Europe is at risk of a re-introduction of polio, more than a decade after the region was declared free of the disease, after the disfiguring virus was found in sewage in Israel, according to a European Union report.
Poliovirus was identified in 91 sewage samples in Israel between February and August, and in the feces of 42 people in the same area, the European Centre for Disease Prevention and Control wrote in a report today. No cases of polio disease have been reported, the Stockholm-based ECDC said.
Frequent travel between Israel and Europe has created “a likelihood that poliovirus may be imported and re-established” in the European Union and the European Economic Area, the ECDC said. While the risk of infection is “very low” among people who’ve received the oral polio vaccine, it’s high among those who haven’t been vaccinated, according to the report.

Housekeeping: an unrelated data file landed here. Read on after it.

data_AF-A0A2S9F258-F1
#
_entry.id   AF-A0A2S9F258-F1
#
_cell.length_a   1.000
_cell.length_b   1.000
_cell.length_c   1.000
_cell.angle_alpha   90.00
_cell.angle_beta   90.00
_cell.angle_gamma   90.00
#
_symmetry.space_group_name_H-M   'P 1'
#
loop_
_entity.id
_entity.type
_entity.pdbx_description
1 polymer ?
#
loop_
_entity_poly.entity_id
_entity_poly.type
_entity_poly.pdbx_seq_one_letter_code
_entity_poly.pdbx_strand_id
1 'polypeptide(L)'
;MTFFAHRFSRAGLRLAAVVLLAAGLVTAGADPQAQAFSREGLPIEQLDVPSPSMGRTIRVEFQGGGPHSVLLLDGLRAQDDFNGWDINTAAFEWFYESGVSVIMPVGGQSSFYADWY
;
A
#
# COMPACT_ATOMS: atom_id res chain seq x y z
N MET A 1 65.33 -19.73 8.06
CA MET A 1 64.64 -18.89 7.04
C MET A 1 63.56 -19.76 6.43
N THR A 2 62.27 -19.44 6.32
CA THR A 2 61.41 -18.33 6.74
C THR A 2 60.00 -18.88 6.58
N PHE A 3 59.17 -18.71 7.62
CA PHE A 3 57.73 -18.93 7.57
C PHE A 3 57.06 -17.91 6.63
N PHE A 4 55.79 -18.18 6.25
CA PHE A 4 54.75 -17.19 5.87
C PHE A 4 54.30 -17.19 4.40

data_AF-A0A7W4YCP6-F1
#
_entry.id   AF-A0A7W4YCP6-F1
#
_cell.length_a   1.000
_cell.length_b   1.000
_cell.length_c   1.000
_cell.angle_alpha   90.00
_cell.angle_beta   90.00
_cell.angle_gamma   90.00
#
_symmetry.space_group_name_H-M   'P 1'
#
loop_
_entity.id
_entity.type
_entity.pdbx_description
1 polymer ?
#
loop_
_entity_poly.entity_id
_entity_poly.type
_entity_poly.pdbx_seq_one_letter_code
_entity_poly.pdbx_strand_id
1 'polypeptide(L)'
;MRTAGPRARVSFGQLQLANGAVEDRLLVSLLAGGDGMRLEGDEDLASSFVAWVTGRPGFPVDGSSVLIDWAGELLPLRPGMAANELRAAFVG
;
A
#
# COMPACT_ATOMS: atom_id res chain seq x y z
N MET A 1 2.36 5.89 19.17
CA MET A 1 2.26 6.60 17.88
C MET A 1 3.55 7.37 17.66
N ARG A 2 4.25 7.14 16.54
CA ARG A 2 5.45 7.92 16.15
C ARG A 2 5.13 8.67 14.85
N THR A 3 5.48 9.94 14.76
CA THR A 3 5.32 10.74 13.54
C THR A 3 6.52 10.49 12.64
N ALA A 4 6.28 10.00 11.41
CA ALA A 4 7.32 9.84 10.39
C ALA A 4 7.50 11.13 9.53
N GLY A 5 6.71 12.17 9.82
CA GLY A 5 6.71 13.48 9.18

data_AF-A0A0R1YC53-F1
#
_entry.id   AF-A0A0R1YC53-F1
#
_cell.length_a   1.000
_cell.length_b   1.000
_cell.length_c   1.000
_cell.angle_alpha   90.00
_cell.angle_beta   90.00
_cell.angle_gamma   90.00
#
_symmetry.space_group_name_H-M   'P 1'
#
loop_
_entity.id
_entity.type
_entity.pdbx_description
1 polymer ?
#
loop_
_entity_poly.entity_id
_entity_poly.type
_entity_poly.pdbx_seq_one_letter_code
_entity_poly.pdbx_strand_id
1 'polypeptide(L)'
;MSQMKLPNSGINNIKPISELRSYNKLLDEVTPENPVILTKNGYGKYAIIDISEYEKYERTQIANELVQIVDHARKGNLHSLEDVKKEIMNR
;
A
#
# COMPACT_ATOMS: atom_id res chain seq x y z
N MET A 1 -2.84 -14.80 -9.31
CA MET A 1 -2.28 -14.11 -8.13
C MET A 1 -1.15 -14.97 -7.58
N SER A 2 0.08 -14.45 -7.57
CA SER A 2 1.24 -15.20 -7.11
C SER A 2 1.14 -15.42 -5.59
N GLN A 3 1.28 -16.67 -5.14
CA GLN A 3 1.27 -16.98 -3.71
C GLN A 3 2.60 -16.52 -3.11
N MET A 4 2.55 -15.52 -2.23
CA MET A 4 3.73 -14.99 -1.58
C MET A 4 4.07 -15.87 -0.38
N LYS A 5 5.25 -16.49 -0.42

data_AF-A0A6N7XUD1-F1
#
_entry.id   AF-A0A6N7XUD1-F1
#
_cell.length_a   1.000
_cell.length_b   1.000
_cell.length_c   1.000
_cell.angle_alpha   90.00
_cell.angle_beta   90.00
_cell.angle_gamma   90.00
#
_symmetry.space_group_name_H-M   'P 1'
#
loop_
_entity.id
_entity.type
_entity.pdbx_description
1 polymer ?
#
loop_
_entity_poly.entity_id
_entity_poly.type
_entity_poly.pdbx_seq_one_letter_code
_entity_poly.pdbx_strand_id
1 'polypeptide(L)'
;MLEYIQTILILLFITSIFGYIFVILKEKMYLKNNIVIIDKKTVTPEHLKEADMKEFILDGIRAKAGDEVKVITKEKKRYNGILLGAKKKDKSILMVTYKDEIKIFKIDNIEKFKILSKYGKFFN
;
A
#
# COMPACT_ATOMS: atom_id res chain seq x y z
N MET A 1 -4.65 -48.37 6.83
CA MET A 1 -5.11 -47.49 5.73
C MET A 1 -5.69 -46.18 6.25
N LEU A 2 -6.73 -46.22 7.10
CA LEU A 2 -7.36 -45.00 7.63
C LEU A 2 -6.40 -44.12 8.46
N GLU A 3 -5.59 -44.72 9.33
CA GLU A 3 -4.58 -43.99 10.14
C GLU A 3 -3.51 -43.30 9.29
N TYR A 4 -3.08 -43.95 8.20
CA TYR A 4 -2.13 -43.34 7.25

“Israel is a popular destination for EU travelers and vice versa,” the ECDC said. “Orthodox religious groups, among whom low vaccination coverage is often reported, are likely to be at increased risk.”
Israeli authorities have acted to prevent the spread of the virus, and European nations should make an effort to identify and target people who aren’t adequately protected by vaccine, the ECDC said.
“If wild-type poliovirus can re-emerge in Israel, with a comparable health-care system and polio vaccination coverage to much of the EU, then we must accept that there is risk that it could re-emerge” in Europe, ECDC Director Marc Sprenger said in a statement.
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